‘McDonald’s for drugs': Leader of massive Detroit drug operation sentenced to 30 years in prison
DETROIT – The leader of a massive heroin, crack cocaine, and fentanyl operation in Detroit is headed to prison for 30 years. Officials said Demarco Tempo, who goes by Polo, was called “a McDonald’s for drugs” by former customers. Authorities said an investigation into a rash of non-fatal fentanyl overdoses and a fatal overdose in Warren led to an investigation in 2016. According to authorities, Tempo’s organization was selling heroin mixed with fentanyl, and sometimes just fentanyl, to people. Many of them were convicted on numerous charges related to distribution, conspiracy to distribute and other charges related to overdoses.
Metro Detroit physicians found guilty of defrauding Medicare, prescribing unnecessary opioids
WASHINGTON – Four Metro Detroit physicians were found guilty of health care fraud for their roles in a scheme to administer unnecessary back injections to patients in exchange for prescriptions of medically unnecessary opioids. “These physicians subjected patients to medically unnecessary injections to reap millions in fraudulent billings. While working at Tri-County they engaged in a scheme to defraud Medicare of over $150 million by billing for medically unnecessary facet joint injections, unnecessary urinary drug screens, home health and more. Those patients were forced to submit to unnecessary facet injections for the prescription. Officials said they provided prescriptions for narcotics, including opioids and benzodiazepines, as an incentive to patients who received the injections.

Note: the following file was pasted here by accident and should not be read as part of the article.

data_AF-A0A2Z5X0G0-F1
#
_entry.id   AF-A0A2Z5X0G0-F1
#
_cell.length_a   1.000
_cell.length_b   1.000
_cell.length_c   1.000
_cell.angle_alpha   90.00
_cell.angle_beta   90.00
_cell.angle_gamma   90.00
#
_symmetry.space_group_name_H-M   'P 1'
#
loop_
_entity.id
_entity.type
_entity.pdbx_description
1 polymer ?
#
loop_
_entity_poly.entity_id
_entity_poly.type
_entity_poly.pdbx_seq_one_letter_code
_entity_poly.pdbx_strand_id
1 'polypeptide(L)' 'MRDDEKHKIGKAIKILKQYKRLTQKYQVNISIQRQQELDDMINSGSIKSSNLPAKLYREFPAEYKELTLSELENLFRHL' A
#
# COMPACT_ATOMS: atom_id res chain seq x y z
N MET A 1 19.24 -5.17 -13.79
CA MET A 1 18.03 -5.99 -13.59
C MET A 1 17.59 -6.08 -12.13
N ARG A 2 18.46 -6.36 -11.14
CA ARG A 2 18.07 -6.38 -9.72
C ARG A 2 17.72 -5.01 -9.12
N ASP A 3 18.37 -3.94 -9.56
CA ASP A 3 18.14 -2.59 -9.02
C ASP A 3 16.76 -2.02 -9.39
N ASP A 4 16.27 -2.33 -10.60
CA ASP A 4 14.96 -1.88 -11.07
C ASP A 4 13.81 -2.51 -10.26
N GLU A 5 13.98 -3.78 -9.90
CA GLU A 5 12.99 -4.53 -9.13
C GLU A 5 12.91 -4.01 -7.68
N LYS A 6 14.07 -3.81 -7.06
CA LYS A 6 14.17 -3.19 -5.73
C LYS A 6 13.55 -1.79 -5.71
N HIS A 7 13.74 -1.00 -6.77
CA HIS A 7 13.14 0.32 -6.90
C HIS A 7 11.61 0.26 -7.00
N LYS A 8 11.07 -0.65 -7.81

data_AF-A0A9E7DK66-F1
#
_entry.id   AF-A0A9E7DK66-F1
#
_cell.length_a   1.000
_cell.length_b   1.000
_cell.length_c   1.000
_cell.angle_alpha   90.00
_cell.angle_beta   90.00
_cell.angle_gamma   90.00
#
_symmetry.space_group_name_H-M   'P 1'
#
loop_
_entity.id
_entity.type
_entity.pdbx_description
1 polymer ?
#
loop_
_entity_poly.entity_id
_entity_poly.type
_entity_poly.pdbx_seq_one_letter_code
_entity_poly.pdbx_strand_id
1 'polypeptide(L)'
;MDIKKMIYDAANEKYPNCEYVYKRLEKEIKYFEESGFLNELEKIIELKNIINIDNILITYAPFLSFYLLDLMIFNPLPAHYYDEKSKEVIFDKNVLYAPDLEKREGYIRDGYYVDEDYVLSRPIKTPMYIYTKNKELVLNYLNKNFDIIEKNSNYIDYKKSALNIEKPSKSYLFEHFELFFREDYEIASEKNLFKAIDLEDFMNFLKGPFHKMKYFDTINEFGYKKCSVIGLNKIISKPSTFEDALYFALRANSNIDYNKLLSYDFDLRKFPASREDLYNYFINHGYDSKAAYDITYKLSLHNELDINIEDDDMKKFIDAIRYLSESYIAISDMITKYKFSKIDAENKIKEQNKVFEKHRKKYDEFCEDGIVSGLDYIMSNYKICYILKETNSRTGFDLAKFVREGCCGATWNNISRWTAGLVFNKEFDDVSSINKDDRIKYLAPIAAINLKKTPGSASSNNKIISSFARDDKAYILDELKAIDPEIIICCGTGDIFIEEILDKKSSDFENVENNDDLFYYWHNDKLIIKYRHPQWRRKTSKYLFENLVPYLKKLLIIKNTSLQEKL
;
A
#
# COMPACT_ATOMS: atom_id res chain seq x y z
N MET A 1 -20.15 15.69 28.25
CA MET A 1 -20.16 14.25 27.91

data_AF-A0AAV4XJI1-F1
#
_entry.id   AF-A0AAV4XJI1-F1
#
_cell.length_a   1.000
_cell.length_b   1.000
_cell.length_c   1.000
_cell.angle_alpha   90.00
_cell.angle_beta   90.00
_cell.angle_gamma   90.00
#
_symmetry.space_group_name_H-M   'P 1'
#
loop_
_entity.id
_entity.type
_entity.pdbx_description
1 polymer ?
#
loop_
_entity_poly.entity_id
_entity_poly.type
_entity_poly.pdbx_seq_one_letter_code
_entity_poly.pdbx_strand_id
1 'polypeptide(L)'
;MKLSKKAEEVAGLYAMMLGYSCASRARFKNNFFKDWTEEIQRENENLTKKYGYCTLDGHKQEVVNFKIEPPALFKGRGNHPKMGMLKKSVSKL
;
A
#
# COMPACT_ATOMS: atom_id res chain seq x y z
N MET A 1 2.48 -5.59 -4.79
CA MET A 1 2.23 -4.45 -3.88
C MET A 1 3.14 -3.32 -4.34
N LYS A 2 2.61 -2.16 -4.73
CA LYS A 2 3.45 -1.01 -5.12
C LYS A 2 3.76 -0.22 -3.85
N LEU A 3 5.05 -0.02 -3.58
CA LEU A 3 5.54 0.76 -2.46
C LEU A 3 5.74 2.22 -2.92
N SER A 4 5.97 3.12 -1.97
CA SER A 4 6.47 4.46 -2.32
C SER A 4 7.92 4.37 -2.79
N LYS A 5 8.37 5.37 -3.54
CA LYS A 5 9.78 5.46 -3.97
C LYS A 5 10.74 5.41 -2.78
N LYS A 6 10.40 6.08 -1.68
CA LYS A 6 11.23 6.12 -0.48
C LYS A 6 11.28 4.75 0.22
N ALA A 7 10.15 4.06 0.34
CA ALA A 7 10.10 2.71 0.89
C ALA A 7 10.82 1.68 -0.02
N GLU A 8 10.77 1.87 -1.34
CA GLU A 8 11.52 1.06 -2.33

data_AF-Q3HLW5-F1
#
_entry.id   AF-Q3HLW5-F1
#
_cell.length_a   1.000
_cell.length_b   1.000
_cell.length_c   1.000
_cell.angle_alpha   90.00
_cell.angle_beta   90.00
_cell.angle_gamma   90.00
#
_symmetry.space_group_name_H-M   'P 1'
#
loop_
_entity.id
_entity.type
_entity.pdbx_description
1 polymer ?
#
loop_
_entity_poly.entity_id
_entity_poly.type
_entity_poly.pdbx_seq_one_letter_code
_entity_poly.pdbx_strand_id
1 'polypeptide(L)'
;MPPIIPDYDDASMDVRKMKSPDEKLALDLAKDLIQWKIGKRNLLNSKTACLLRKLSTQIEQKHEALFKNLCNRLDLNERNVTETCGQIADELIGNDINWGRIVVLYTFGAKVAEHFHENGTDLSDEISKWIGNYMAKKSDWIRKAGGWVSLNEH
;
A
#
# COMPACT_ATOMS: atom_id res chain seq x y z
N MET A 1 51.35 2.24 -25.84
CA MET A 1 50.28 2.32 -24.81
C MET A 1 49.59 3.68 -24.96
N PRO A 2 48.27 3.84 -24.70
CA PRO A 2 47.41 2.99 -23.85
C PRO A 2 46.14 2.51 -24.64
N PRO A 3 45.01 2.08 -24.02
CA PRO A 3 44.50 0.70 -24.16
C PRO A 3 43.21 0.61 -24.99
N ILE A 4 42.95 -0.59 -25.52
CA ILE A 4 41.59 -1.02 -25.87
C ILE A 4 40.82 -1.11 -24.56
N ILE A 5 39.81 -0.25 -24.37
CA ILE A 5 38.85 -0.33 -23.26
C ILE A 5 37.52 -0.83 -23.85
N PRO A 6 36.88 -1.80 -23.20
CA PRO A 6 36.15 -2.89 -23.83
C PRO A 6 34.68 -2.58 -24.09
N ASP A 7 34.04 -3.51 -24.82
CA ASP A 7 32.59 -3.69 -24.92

Michigan sues opioid distributors, likening them to drug dealers
LANSING, Mich. – The State of Michigan filed a landmark lawsuit against opioid distributors, likening them to drug dealers. Four distributors are named in the lawsuit, including Walgreens, Cardinal Health Inc., McKesson Corporation and Amerisource-Bergen Drug Corporation. When Michigan passed the Drug Dealer Liability Act in 1994, lawmakers likely didn’t think it would apply to drug companies. WATCH: Whitmer, Nessel announce plan to combat opioid epidemic in MichiganNessel filed the lawsuit in Wayne County, which her office considers ground zero in the opioid crisis in Michigan. The money from the lawsuit is expected to go into programs that help opioid victims and to police and prosecutor’s offices that can’t afford an opioid unit.
Gov. Whitmer introduces plan to combat opioid epidemic in Michigan
Gretchen Whitmer introduced a plan Thursday to combat the opioid epidemic in Michigan. “I’m formally setting a goal to reduce the number of opioid deaths by 50 percent in the next five years,” Whitmer said. The plan to reduce opioid deaths includes improved access to treatment and expanded services. Doctors will also be educated on how to safely prescribe the drugs, and a media campaign will address stigmas surrounding opioid addiction. “The media campaign, called Auto Correct, will implement an animated graphic that replaces a stigmatizing word with a healing word," said Robert Gordon, the director of the Michigan Department of Health and Human Services.